What to Do When Someone Dies
[FaceBook Live Replay. Edited transcript below]
Today we’re talking about what to do when somebody dies. Think of this as your pre-probate checklist.
Search for Documents, and Secure the Property.
Prepaid Funeral Plan?
If you’re not familiar with what that is, there are some folks out there who have paid for and made all of their funeral arrangements while they were living, so that their loved ones and families wouldn’t be stuck with some sort of large funeral bill or with questions about how exactly the person would have wanted their funeral to be. So there might already be a funeral package prepaid for, and you don’t wanna pay twice. So go through the personal documents to see if there’s a prepaid plan.
The Will, or Medical Directives.
The reason it’s important to find these quickly is because those documents will often include burial or funeral instructions. In some states, and in some older wills, the burial instructions are in the will itself. And what I mean is whether or not somebody wants to be cremated, if they want specific religious ceremonies, that sort of thing. So you want to find that out as soon as possible.
Securing Cars, Pets.
This could be something as simple as making sure the car doesn’t get towed, and another example is pets. If somebody passed away with pets and was living alone, you want to make sure that the pets are taken care of, either a friend or neighbor takes them or to a shelter, if necessary.
Securing the Home.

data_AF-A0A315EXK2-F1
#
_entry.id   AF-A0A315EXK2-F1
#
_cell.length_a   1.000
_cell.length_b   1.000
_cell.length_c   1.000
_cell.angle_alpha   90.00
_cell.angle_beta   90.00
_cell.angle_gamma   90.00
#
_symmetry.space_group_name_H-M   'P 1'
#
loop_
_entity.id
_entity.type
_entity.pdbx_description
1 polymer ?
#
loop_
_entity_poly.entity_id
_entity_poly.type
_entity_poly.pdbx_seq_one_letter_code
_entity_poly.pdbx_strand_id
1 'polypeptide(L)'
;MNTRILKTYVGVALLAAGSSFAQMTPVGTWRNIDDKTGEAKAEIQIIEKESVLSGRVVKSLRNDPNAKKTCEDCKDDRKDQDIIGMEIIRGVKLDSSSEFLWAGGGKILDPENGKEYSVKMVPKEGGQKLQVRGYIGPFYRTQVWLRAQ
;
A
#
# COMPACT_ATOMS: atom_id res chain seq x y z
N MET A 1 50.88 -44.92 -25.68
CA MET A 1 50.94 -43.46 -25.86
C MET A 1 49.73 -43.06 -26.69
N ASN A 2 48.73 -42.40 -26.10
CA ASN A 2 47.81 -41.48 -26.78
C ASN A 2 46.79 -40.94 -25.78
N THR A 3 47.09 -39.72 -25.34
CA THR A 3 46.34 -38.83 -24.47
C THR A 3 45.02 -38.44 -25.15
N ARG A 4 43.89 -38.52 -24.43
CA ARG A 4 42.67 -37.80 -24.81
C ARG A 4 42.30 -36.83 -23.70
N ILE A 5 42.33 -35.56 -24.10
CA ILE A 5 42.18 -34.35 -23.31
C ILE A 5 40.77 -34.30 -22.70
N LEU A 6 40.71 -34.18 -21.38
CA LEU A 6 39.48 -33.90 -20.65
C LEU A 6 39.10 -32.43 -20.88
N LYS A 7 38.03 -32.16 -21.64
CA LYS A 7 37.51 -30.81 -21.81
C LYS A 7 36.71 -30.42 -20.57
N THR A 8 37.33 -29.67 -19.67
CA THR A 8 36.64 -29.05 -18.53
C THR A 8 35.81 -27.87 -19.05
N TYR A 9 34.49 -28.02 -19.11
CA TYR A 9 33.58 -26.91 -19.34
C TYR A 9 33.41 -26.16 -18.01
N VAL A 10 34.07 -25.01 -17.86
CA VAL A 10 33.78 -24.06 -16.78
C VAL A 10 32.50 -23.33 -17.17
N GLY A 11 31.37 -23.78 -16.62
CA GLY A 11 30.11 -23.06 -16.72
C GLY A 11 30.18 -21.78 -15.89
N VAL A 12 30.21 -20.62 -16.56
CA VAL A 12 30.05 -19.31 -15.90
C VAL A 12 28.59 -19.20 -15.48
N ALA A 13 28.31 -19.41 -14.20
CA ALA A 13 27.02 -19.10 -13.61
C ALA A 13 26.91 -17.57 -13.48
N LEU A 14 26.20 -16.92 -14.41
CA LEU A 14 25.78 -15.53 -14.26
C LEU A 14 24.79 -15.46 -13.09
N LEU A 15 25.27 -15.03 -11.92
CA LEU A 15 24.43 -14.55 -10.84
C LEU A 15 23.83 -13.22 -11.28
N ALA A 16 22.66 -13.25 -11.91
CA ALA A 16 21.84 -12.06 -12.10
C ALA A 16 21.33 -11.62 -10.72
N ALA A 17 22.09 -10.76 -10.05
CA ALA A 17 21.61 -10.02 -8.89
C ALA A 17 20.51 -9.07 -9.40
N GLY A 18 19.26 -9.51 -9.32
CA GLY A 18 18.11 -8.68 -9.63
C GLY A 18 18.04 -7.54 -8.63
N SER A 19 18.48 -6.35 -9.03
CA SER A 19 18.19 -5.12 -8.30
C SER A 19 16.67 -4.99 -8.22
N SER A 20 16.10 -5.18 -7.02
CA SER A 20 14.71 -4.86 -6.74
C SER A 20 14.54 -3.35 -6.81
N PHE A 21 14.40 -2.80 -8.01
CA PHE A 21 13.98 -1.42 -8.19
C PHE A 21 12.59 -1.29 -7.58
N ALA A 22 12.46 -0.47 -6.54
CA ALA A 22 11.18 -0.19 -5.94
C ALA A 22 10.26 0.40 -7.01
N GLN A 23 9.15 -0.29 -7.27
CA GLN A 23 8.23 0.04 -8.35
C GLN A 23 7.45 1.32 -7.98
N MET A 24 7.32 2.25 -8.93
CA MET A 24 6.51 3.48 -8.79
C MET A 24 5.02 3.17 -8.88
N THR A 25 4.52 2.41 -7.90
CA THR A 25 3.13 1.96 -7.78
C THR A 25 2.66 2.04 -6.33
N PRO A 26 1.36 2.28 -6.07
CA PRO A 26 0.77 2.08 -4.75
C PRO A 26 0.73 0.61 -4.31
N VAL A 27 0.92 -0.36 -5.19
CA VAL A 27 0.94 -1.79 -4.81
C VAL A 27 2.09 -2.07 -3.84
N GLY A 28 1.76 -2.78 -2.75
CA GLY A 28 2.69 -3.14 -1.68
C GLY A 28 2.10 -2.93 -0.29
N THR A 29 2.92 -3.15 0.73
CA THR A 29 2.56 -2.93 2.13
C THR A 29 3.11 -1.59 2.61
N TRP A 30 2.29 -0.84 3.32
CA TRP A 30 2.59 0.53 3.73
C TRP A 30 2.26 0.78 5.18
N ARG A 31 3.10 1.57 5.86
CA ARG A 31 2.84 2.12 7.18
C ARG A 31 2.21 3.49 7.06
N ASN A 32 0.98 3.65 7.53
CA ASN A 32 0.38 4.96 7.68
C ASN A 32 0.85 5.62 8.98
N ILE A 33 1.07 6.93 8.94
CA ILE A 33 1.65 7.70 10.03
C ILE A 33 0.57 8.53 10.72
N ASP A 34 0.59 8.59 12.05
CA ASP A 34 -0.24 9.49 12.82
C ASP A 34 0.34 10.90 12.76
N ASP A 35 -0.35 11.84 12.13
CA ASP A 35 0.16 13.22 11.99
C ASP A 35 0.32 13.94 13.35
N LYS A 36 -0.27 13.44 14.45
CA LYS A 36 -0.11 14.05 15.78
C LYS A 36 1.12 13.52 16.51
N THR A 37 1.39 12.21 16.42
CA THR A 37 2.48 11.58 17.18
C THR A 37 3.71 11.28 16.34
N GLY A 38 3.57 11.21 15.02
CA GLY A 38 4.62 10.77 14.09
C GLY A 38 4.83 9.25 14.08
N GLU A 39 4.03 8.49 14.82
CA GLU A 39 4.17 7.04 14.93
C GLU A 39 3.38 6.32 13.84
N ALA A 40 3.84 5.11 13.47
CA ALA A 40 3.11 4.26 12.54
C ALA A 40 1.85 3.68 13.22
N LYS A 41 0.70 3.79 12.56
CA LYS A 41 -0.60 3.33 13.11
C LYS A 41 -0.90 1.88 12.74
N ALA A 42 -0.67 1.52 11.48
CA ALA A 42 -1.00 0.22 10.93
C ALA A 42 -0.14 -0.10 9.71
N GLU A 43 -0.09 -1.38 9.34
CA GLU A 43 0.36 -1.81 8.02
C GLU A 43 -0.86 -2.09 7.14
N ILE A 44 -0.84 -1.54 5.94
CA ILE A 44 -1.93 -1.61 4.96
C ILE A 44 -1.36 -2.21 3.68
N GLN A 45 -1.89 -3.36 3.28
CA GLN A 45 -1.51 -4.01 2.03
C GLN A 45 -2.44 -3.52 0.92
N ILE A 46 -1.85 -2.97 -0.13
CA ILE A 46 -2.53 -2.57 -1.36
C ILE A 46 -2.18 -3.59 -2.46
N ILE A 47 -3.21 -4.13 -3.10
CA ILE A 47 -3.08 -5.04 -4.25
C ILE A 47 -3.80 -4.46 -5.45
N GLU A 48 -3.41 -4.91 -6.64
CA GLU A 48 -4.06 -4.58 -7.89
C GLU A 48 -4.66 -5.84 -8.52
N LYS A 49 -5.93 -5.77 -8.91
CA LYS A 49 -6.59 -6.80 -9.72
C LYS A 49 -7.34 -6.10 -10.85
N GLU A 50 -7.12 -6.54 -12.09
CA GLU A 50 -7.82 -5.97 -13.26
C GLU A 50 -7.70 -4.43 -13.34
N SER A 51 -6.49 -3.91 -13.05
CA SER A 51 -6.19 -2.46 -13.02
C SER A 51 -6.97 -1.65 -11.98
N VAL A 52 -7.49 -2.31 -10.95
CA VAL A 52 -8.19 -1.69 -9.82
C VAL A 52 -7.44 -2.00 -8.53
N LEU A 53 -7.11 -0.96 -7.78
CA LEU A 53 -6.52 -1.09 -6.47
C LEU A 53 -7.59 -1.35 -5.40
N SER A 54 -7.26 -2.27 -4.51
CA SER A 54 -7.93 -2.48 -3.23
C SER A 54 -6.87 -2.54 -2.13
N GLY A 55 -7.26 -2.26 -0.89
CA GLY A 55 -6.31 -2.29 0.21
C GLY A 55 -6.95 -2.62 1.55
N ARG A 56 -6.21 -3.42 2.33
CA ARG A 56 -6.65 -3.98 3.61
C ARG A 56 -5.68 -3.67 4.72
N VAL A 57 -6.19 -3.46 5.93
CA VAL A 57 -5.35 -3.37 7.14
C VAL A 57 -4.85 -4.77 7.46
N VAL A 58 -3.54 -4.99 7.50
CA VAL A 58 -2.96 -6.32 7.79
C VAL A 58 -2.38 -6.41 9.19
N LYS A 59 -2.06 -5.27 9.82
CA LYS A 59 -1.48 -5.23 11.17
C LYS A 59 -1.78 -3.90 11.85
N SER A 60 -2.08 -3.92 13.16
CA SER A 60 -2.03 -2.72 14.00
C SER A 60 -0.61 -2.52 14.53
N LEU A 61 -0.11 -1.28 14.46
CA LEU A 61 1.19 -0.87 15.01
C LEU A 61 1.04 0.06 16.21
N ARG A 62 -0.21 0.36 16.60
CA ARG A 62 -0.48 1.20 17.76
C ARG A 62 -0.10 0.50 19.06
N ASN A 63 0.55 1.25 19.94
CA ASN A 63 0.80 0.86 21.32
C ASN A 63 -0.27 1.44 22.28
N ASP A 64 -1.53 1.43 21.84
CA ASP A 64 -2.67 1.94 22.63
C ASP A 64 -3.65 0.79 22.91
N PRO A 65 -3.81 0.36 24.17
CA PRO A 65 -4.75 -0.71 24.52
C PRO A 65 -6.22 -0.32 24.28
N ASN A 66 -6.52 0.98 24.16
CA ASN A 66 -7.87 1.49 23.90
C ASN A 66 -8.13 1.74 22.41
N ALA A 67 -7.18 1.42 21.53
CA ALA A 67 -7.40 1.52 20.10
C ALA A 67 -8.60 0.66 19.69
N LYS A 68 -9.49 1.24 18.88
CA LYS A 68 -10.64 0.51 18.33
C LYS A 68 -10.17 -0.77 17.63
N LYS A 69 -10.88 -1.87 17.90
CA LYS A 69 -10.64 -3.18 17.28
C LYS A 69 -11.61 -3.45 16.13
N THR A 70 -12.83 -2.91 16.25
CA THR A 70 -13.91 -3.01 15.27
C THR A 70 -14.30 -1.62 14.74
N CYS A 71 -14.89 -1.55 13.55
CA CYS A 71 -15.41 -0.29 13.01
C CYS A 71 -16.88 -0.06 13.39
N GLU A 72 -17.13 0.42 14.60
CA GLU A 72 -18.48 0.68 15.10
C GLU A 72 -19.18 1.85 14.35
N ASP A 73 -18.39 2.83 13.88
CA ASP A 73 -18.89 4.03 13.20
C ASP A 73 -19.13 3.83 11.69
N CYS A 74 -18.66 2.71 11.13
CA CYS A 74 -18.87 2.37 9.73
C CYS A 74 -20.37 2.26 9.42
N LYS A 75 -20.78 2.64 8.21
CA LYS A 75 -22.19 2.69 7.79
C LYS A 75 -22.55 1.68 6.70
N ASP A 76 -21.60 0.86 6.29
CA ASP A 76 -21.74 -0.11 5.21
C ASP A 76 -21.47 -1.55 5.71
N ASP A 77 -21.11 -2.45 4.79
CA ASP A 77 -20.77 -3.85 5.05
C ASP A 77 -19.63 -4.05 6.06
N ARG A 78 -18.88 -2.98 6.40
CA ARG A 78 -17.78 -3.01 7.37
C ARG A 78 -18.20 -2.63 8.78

And the big one, of course, is the primary residence. If the person who passed away was living alone in a house, and let’s say it’s the middle of winter, you need to winterize the house. You don’t want pipes bursting, or the snow collapsing the roof or things like that. You don’t have to take care of it personally, you can hire service people for that. And if it’s a building in the city (a co-op or condo), you should notify building management, I mean, they want to know if somebody has passed away and if the unit is vacant.
Make the Funeral and Burial Arrangements.
If the person who passed away was an organ donor, you need to take care of as soon as possible. Why? Because it has to happen immediately. Medically the organs have to be harvested (that’s kind of a creepy word) but the organs have to be harvested very soon after passing. If you are unable to find the estate planning documents or if, for example, you find them and there’s nothing there, check the driver’s license. In most states that’s where folks list their preferences on organ donation.
And then just go ahead and execute the funeral and burial instructions. Whatever you found out in the estate planning documents, or if there was a prepaid plan, just carry that out.
Order 10+ Death Certificates.
Better to have More Than Less.